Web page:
All Things Greek
Greca Mediterranean Kitchen + Bar is a concept that has been calling me for the last twenty years, driven by my passion for all things Greek:
Greek cuisine, Greek hospitality, Greek music, Greek fellowship, Greek art, Greek poetry, Greek philosophy and Greek history are all topics that I can expound upon for hours, particularly over a bottle of Santorini Assyrtiko and a plate of grilled octopus. And, as with all Greeks, I find the greatest pleasure in sharing this passion, particularly with those uninitiated. My father, who came to America as an economic refugee fleeing post-WWII Greece, was an amazing chef in his day, and from him I learned to appreciate everything that the Earth’s bounty bestows upon us, using fresh herbs and spices to gently enhance everything from lambchops to whole fish. From visits to his birthplace on the idyllic Cycladic island of Andros, I developed a deep love of rustic Greek cuisine. His brother and his wife that stayed in his paternal home continue to grow their own produce, raise their own animals, and produce nearly all of the foodstuffs that fill their pantry.
The only items that they purchase are bread, pasta, coffee and beer. Everything else is made with their own hands. Everything. Olive oil, butter, cheeses, wine, grappa, vinegars. Walking through the fields (that are scaled into level sections that are then tiered up the mountainside), we would pick figs fresh from the fig trees, pull onions from the ground, and harvest tomatoes by the bushel. Herbs grow everywhere, as do lemons, bergamots, quince and grapes. The Cyclades are known for being dry, but, still, Andros manages to produce some of the most delicious vegetables I’ve ever tasted. If I had to choose a last meal, it would be an open sandwich of my Thea Assimina’s soft cheese with slices from a freshly picked Andriote tomato on a wedge of oven-fresh bread from the bakery whose aromas fill the entrance to the seaside town of Batsi. Her cheese, made from milk of cows and goats, is at once tangy and bursting with a slightly sour, but incredibly fresh flavor. I’ve searched the world but have found none that can compare.
Our mission is to present Greek cuisine in all of its rustic glory beside a “gastro-Greek” approach that takes Greek culinary elements and techniques into uncharted territory. Our love of the ingredients that Greek cuisine offers is at the core of our culinary point- of-view. As evidence, the first Greca Mediterranean Kitchen + Bar, located in Litchfield County, Connecticut, was voted Best Overall Excellence statewide and Best Mediterranean/Greek Restaurant in both 2021 and 2022, along with Best New Restaurant in 2021 and Best Seafood Restaurant (Litchfield County) 2022.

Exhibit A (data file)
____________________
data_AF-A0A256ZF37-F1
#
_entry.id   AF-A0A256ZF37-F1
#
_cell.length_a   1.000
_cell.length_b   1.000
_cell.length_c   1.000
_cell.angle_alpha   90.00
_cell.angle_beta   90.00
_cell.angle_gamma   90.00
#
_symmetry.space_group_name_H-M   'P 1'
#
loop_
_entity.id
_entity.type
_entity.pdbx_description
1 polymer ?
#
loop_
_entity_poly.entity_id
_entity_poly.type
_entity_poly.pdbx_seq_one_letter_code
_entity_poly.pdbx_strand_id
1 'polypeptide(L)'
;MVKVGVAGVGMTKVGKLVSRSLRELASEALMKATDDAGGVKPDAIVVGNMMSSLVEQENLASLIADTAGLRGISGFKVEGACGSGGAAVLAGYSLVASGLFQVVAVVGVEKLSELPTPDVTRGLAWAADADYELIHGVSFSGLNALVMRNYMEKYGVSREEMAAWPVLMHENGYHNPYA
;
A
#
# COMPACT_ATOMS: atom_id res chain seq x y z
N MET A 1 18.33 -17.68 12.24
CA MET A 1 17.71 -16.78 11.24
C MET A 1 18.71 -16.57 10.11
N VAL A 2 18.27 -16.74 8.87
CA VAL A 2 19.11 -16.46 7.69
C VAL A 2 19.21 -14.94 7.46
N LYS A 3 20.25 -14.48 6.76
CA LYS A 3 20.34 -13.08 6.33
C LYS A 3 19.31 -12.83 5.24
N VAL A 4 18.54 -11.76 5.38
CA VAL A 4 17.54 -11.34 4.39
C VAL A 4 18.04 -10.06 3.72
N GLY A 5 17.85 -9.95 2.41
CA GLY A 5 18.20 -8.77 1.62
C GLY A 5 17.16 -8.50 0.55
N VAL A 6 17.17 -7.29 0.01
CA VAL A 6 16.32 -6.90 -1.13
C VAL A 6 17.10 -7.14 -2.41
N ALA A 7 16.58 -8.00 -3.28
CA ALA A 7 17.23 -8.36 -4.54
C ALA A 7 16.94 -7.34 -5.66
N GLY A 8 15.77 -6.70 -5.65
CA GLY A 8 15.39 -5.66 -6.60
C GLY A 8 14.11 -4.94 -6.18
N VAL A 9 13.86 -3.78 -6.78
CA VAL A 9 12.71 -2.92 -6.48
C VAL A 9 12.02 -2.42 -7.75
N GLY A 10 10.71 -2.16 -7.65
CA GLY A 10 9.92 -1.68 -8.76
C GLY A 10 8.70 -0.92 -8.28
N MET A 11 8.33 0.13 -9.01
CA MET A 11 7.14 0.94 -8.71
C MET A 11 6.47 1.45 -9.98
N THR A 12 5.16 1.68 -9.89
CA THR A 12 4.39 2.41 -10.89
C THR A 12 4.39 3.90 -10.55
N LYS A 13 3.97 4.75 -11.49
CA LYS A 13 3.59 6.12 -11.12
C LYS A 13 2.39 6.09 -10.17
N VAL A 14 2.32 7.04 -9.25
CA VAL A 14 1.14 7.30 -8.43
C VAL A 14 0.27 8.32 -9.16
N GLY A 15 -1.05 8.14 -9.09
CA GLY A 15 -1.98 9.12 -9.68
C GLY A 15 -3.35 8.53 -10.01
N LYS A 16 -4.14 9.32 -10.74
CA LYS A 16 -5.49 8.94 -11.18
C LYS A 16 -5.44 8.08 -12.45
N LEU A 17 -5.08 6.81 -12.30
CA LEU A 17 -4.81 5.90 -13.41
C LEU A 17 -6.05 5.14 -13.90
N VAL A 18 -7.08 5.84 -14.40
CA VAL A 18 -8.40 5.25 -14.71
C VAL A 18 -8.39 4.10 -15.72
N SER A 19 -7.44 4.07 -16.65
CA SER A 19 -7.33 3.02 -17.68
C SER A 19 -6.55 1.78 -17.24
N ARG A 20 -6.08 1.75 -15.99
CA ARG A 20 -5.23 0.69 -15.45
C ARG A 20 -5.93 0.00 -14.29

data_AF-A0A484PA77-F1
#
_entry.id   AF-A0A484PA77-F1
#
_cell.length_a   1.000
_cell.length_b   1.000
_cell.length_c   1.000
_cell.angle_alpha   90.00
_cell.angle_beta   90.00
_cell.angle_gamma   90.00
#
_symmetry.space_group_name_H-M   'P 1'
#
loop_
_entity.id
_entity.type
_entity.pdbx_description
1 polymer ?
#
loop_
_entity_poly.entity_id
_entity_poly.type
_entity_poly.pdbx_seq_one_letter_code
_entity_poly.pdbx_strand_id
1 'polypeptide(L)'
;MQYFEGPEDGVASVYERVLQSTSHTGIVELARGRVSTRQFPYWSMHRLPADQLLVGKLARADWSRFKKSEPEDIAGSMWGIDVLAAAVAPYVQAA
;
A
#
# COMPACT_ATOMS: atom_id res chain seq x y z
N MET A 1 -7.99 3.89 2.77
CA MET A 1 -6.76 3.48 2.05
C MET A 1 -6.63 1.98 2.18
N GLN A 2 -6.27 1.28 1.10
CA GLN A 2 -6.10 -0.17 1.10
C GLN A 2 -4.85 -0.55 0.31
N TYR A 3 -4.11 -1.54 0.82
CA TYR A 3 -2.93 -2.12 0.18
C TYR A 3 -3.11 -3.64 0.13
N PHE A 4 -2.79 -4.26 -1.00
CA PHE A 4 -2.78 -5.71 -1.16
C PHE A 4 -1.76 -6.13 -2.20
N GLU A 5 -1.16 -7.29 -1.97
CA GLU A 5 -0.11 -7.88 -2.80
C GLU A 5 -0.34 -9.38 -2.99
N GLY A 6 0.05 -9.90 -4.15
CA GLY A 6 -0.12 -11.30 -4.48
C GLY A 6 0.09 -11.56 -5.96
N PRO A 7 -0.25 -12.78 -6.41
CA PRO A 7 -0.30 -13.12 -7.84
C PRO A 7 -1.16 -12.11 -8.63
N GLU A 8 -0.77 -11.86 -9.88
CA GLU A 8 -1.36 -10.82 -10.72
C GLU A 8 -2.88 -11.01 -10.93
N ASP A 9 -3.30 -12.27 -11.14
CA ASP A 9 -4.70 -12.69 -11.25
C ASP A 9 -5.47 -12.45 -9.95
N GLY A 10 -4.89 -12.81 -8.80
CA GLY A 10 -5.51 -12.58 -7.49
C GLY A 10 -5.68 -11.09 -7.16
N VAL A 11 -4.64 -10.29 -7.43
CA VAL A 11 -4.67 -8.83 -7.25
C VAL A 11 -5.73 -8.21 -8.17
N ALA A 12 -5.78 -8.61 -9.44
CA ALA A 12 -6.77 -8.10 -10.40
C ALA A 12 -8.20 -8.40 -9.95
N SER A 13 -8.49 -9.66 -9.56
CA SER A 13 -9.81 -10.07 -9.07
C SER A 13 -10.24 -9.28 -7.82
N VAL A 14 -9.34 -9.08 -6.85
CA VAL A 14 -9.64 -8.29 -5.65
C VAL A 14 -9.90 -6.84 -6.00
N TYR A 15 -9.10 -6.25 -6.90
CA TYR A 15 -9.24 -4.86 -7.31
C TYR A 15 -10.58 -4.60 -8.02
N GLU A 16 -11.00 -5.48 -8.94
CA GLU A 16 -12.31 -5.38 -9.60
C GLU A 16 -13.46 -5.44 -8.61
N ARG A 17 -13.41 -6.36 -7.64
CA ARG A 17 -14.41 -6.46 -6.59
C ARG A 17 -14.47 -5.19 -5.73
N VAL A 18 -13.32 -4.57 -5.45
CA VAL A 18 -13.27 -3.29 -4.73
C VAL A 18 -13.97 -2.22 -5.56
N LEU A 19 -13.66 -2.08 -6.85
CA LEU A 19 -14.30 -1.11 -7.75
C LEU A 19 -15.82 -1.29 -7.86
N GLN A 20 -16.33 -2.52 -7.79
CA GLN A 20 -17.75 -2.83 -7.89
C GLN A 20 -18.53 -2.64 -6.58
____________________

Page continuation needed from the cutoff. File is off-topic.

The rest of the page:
As we opened our second location, in White Plains, New York, renowned mixologist Frankie Rodriguez joined our ranks and has immediately taken what was an excellent craft cocktail program and elevated it to world class status. Utilizing some amazing Greek spirits along with flavors, herbs and special ingredients such as walnut preserves and quince syrup, he has created beverages that are at exciting, new and creative.
Together with our hospitality teams lead by Nikos Belmezas in Connecticut and Mea Gapitzaki in White Plains, we are charting a course to bring the best of the Greek kitchen to new markets.
– Constantine “Dino” Kolitsas
A Concept 2,500 Years in the Making
Greek Cuisine. Fresh, healthful, and pure. With a focus on ingredients that are natural and sustainable; both sourced locally and imported from the sun-kissed islands and rugged mountains of Greece. Greca Mediterranean Kitchen + Bar is a concept 2,500 years in the making; steeped in tradition while exploring new creative paths forged from those traditions. Fresh fish flown from the Aegean is featured alongside succulent char-grilled meats that are at the center of a Greek festive table. Octopus, tender and rich, is served over a bed of Santorini fava (yellow lentil spread) with local tomatoes and red onions; tzatziki made with locally-sourced yogurt produced by a third-generation Greek dairy farmer is lovingly made in the authentic way (strained through cheesecloth); and loukaniko (village pork sausage) is infused with orange peel, as is the custom in the Peloponnese.
In Greek culture, food is at the center of our lives, with every home producing it’s own culinary genius, very often known by the name “yiayia”. Among Greeks, food is made with love, with great thought and care given to each ingredient. Food is an extension of hospitality, a concept so important to Greeks that the word’s literal translation is “love of strangers”. For us, each meal, then, is a celebration; bringing together loved ones, old friends and new friends. Shared plates (whether meze or feasting platters), bottles of wine and cocktails crafted from the unique spirit heritage of Greece, are an invitation to commune with one another; to laugh, sing, imbibe and savor.